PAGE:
Tuesday 25 October 2016

My Big Idea: Building menswear line with a little help from Instagram

Published 29/10/2015 | 02:30

Simon Bastable and Brendan Ennis of fashion startup Bloq
Simon Bastable and Brendan Ennis of fashion startup Bloq

Brendan Ennis (27) and Simon Bastable (28) are the founders of Bloq, a Dun Laoghaire-based menswear line. Ennis reveals why today's nascent lifestyle brands live and die by social media.

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"We launched last October and are now on our third collection. Our style is minimalistic - the colour palette is black, white and greys. The line is heavily inspired by street wear and athletic wear, with a 1990s feel. It is limited to T-shirts and hoodies for now, a 16-piece collection, but they are very much on the luxury end of the scale - exceptionally well made.

We are targeting young professionals with disposable incomes. Our products are affordable but high quality. We bridge the gap between BT2 and Zara or H&M. Hoodies of equivalent quality normally retail for about €90; our price is about €60.

We have been friends since school. We both left good jobs to launch the business. I was worked in financial services and Simon was worked in insurance. But I couldn't shake my passion for design. My spare time was spent designing and creating streetwear-style tees for friends. They became so popular that I soon had referral orders flowing in. I couldn't pass up the opportunity to launch a collection.

We are both glad we took unorthodox routes to where we are now - it gave us experience in a lot of different things.

We started the business at my family home and eventually moved into a friend's studio, a barber shop in Dun Laoghaire. It is a very creative space with a steady stream of clients. Since then the brand has spread in Dublin by word-of-mouth.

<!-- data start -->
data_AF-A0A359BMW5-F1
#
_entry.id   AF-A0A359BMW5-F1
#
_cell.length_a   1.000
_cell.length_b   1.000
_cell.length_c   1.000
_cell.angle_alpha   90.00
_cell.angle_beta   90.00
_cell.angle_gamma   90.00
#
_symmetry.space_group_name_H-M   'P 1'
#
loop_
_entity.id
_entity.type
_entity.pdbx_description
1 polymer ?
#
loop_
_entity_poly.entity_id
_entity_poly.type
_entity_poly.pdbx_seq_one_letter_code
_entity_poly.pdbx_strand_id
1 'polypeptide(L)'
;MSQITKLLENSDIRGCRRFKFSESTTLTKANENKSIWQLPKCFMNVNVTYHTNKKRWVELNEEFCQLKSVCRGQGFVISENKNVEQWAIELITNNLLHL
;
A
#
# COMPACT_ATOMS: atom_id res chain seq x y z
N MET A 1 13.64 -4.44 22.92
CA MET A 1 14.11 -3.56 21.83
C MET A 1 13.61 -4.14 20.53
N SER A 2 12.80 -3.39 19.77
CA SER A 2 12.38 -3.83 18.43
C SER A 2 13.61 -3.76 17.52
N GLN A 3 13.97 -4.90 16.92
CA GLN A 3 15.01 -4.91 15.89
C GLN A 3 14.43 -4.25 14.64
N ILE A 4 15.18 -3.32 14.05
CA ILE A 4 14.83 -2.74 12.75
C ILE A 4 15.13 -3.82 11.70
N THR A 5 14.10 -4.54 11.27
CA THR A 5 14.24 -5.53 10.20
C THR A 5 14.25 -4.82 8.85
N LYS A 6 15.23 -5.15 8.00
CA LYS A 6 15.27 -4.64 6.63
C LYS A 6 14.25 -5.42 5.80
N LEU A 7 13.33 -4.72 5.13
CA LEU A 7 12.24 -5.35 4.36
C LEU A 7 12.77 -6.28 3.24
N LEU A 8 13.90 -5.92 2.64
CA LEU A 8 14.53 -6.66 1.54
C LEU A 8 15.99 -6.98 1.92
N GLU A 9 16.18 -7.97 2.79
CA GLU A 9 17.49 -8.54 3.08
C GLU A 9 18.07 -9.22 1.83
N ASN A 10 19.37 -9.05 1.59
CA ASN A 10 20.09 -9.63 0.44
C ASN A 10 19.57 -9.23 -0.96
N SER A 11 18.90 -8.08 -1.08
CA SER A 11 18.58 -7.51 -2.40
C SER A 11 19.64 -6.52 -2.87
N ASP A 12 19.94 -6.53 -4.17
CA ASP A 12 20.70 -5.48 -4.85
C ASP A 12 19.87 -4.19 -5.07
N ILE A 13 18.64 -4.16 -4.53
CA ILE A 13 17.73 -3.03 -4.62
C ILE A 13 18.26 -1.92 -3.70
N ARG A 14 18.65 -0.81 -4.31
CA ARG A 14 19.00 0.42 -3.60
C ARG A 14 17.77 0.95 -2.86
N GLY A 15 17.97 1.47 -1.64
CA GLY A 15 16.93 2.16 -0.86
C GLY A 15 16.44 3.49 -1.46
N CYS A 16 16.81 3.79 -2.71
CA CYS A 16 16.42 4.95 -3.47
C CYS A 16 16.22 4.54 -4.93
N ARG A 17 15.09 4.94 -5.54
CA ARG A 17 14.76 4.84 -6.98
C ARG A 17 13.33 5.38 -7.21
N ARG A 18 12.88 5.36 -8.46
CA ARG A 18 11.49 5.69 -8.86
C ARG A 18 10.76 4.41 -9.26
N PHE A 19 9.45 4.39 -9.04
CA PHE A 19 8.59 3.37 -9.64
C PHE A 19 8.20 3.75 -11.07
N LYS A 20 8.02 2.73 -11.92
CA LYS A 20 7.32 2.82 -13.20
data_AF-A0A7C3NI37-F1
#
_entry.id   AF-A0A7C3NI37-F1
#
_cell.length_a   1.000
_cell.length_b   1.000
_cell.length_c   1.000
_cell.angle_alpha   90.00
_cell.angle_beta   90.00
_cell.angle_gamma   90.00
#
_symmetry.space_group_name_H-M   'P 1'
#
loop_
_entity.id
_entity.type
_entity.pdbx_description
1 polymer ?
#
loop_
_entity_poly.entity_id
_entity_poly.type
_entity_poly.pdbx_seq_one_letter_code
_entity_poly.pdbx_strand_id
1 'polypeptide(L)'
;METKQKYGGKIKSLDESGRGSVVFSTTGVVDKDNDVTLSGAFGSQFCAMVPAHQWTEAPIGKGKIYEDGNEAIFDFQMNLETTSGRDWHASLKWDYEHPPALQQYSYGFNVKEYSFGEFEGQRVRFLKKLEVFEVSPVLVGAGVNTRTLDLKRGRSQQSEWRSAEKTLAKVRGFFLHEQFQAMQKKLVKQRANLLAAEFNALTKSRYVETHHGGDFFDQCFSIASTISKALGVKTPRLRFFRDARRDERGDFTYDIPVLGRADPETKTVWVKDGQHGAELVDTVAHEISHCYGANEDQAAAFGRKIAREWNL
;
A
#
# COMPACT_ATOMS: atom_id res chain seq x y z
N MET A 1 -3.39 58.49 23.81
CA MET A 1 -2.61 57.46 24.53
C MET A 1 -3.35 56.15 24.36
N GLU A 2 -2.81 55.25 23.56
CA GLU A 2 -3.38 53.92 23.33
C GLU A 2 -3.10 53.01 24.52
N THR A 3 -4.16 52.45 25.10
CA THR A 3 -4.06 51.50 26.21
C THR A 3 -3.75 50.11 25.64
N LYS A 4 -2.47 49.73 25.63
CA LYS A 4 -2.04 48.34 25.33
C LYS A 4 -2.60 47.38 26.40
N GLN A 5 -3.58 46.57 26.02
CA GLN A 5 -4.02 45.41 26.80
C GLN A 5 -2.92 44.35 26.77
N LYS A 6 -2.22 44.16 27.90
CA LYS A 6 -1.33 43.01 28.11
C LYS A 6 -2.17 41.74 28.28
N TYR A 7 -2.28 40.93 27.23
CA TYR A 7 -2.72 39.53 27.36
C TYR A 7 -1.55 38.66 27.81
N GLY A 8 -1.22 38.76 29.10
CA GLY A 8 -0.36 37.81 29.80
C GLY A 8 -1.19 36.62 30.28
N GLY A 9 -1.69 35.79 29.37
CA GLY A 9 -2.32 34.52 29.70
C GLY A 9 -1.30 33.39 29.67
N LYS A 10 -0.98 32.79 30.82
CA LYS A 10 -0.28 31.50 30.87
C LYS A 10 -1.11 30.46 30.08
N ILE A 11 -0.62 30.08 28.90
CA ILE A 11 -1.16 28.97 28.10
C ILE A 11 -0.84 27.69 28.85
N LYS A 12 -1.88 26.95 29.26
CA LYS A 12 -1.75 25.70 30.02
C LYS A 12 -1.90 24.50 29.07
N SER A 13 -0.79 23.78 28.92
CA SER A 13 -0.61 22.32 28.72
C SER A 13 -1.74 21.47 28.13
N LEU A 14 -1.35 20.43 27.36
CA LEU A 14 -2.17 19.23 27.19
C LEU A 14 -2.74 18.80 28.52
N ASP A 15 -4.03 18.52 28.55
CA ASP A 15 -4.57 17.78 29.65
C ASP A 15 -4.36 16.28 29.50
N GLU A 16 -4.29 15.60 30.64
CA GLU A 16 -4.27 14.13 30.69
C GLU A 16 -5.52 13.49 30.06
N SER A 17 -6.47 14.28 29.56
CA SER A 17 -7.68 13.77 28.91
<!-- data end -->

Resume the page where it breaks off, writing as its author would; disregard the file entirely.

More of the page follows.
The plan is to move into a standalone city centre location though rents are prohibitively high. That is an ambition for next year.

We are also looking for pop-up opportunities and in talks with a potential stockists.

From day one we have controlled every aspect of the business, from design to illustration to choosing the right manufacturers and the final marketing of the pieces.

Our website is our key shop floor. Getting our online presentation right was very important. We took the time to build a sophisticated website ourselves; we wanted to do it right from the beginning. Everything you see on the site was created by us in-house. We styled the shoots and took all the photographs, and one of our girlfriends was responsible for the website's design.

The biggest challenge to building Bloq is competing for attention with big brands. Our small budget has forced us to be innovative when it comes to marketing.

The result of that is we are really strong on social media. Instagram is very important to us.

It is a perfect way to show what we are about and to reach potential customers and like-minded designers.

We have gotten our name in front of some big stars thanks to Instagram - the head menswear buyer for Asos, James Welsh, for example.

We later sent him some of our products and he then blogged about Bloq. The DJ Hot Since '92 has also worn Bloq on tour. That was a huge win for us. It is a different way of marketing - it's about relationships, audience interaction, building identity through social media, in many ways ignoring traditional marketing channels.

This is the future for lean young lifestyle brands, this is how the social media generation learns about brands today.

We called the line 'Bloq' because it is a play on block, the idea of a collective, a grouping of like-minded people. We are a community as well as a company.

Nobody in Ireland is doing what we are doing. There are lots of companies like ours in bigger European cities - London, Paris and Amsterdam. But we see no reason for Dublin to be three or four years behind as it is often accused of.

We have mostly funded the business ourselves, investing our own income at the beginning.

We have a small business loan from Bank of Ireland too who have been fantastic. We run a lean model but we are making it work. We knew it wouldn't be easy."

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